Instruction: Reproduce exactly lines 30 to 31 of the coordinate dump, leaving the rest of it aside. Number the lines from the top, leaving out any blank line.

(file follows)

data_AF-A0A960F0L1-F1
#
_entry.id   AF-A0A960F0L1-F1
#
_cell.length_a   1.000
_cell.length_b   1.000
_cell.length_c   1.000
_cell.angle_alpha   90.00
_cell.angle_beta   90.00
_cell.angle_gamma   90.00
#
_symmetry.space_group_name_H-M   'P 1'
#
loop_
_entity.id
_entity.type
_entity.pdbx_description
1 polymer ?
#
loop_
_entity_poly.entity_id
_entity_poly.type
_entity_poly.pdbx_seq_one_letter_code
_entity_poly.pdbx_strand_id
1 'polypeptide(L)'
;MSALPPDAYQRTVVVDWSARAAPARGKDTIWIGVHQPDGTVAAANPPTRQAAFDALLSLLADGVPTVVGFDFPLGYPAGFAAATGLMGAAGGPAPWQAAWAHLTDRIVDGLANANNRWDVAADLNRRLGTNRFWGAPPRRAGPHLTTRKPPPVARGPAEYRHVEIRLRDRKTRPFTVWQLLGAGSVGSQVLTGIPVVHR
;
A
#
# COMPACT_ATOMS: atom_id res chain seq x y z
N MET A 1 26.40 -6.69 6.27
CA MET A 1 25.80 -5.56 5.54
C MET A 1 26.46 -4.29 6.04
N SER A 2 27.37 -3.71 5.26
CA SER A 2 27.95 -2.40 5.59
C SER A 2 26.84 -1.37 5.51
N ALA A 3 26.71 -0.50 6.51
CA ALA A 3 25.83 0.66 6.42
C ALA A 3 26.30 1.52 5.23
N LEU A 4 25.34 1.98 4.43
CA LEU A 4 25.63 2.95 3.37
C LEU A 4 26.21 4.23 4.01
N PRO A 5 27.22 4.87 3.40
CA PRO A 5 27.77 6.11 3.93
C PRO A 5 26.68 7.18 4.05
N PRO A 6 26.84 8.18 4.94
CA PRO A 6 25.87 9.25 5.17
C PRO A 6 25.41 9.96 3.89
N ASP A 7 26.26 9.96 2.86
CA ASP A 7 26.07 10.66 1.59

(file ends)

# COMPACT_ATOMS: atom_id res chain seq x y z
N MET A 1 26.40 -6.69 6.27